History of MEND


In 1980, a small group of Essex County houses of worship saw the need for a coordinated local effort of food distribution to alleviate hunger. They envisioned a network of donors, food pantries, and agencies all working together. Thus, Meeting Emergency Needs with Dignity (MEND) was formed.

Funds were donated, a bank account established, and The Archdiocese of Newark contributed office space. Andy Ball from the First Presbyterian Church, Caldwell, took a one-year social service leave from Xerox to work with Kathleen DiChiara in building the MEND network of pantries and donor organizations. It was at this time the Archdiocesan Emergency Food Program (AEFP) was started, with Kathleen serving in the dual role of Director of the AEFP and the MEND Coordinator.

When Kathleen left to form the Community FoodBank of New Jersey, Catholic Charities, the Archdiocese’s social service arm, assumed responsibility for AEFP and MEND. Sharon Reilly-Tobin succeeded Kathleen as the Director of Catholic Charities’ Emergency Food Network and as the MEND Coordinator, and served in this capacity for over 33 years.



In 2010, MEND became a 501(c)(3) tax-exempt organization, and the MEND Board of Trustees was formed.  MEND developed a strategic plan for its food pantry network that emphasized community outreach, food support, and infrastructure to help clients move beyond the food pantry toward self-sufficiency.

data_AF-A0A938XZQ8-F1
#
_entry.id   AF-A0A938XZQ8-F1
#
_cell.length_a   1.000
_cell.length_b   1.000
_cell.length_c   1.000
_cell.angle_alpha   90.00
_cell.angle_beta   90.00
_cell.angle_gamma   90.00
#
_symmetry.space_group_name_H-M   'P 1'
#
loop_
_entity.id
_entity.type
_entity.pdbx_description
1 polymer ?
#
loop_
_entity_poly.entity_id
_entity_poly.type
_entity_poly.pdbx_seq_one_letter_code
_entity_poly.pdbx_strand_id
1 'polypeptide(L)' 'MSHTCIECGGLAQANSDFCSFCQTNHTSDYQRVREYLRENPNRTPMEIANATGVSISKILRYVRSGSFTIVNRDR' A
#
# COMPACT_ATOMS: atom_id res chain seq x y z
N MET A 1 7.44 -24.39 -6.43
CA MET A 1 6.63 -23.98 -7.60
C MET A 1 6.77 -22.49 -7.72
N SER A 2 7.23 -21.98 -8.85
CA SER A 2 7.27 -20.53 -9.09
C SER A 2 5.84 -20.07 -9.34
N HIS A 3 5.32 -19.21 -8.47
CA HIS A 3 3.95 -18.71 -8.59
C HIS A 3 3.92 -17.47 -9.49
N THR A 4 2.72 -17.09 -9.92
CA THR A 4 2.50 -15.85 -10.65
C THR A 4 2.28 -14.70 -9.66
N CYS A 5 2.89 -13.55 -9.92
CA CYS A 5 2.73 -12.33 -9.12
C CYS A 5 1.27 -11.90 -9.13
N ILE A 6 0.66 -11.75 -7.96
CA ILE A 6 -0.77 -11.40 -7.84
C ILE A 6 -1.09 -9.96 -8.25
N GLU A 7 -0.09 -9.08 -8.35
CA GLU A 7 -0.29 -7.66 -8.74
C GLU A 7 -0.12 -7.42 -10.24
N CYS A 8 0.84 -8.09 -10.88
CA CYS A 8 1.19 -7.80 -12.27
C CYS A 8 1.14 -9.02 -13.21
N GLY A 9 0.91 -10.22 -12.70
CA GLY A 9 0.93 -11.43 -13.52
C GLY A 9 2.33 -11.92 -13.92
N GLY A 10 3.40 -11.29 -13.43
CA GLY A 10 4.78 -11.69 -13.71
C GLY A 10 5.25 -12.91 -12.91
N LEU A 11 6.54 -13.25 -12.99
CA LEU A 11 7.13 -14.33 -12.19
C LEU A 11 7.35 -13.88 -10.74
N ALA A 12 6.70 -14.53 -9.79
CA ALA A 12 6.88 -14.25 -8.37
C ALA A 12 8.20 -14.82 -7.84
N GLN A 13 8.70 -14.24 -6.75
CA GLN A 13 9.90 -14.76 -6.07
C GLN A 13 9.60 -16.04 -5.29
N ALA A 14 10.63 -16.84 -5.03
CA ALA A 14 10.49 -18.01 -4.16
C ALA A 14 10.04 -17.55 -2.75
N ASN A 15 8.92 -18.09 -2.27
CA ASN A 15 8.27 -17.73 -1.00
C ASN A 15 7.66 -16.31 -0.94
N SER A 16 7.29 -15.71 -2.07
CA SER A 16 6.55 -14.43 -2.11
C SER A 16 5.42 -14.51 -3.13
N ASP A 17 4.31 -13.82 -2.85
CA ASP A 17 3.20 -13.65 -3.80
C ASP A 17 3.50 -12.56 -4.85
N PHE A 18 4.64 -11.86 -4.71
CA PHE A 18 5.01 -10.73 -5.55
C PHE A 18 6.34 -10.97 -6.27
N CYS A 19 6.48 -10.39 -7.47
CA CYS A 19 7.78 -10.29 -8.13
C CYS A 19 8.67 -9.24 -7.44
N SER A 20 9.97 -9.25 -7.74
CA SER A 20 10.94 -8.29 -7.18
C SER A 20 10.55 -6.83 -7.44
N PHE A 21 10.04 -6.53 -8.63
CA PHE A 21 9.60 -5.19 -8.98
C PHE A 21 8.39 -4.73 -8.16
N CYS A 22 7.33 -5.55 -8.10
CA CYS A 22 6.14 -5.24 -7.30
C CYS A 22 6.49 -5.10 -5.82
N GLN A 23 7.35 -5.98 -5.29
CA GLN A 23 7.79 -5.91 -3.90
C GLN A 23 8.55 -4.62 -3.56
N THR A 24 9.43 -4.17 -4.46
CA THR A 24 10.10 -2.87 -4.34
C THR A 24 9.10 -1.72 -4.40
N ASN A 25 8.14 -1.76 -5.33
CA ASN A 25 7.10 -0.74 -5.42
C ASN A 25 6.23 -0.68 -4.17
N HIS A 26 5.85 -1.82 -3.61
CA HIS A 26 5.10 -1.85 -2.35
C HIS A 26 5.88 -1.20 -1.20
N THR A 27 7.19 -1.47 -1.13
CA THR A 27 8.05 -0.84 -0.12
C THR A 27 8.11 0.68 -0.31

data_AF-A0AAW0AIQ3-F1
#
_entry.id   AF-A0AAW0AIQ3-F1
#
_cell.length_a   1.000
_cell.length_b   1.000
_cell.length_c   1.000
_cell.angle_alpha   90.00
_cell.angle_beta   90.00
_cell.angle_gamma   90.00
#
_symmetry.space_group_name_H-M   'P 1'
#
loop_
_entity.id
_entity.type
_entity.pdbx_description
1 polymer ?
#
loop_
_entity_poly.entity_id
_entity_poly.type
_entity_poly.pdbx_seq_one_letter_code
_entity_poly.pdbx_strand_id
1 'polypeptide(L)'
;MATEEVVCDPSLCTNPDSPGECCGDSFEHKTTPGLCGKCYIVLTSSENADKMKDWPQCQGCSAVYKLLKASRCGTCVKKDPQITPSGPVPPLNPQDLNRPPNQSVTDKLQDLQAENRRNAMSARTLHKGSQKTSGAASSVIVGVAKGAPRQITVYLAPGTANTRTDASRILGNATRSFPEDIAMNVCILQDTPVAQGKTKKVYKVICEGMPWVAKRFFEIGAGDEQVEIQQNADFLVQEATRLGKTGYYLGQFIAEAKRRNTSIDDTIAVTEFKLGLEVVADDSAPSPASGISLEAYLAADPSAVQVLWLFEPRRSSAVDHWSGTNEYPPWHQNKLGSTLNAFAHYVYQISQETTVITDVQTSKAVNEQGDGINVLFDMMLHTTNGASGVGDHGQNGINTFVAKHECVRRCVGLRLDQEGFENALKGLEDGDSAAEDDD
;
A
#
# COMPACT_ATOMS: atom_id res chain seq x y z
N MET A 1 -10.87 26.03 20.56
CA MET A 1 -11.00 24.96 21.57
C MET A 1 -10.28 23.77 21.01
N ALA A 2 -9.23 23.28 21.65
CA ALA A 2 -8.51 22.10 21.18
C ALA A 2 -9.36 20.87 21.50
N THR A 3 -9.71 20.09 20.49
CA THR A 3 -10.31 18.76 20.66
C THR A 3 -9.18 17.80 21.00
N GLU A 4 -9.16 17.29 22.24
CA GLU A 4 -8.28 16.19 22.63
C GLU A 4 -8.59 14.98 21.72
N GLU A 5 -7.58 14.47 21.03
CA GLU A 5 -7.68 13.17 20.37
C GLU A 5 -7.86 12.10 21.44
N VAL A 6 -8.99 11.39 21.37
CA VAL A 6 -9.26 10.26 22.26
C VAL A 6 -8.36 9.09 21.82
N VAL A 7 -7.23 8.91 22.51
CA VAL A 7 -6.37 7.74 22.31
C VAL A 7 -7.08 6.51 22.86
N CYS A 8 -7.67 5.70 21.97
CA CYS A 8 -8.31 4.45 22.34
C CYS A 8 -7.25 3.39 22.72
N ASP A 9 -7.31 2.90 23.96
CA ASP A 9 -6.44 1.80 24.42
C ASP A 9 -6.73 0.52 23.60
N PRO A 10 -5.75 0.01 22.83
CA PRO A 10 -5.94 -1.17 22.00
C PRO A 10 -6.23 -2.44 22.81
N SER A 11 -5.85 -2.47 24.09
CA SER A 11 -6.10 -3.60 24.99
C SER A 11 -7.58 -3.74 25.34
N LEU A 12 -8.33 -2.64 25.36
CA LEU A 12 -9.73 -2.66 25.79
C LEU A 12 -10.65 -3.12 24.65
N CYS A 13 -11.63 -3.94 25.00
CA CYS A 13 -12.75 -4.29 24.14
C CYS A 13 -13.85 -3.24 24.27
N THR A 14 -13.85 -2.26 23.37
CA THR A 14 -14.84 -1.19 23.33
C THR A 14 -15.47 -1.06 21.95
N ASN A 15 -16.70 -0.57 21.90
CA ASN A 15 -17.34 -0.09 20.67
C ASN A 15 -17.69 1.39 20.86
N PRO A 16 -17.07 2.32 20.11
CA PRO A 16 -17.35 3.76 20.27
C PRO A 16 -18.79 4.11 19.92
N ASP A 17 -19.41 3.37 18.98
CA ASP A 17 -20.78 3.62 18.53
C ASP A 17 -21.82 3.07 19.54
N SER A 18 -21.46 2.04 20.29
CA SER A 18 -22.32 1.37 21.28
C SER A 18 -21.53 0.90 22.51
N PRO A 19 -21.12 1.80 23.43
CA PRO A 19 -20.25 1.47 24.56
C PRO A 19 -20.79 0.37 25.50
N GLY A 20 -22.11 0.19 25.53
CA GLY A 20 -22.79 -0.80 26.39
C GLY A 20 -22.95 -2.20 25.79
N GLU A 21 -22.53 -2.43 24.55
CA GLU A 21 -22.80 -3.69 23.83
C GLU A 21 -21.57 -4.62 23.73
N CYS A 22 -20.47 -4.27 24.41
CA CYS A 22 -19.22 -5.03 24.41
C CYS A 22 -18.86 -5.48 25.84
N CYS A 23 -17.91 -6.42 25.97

In 2015, as the number of patrons its network served continued to increase significantly, MEND hired Robin Peacock as its grants and special projects consultant to help grow its visibility and expand and diversify its funding. MEND launched its “Healthy Pantries, Healthy Patrons” program, the goal of which is to increase its food pantry patrons’ access to fresh and healthy food, as a pilot in 2016, and expanded it to a year-round program in 2017.

Sharon left Catholic Charities at the end of 2017, and MEND appointed Robin Peacock as its first Executive Director.

Also in 2017, in recognition of the economic challenges our patrons face, MEND changed its name to Meeting Essential Needs with Dignity. No longer do we find that those in need are hungry only on an emergency or occasional basis. Sadly, hunger and poverty are more often chronic and lingering. High housing and medical costs, pervasive structural unemployment, and slow economic growth remain, while government spending for social welfare continues to decrease.


Looking Forward

With grant-funded programs, deeper resources, and partnerships targeted toward improving our patrons’ health, our hope is to position MEND to solve for these challenges and allow our patrons to achieve more independent and dignified lives.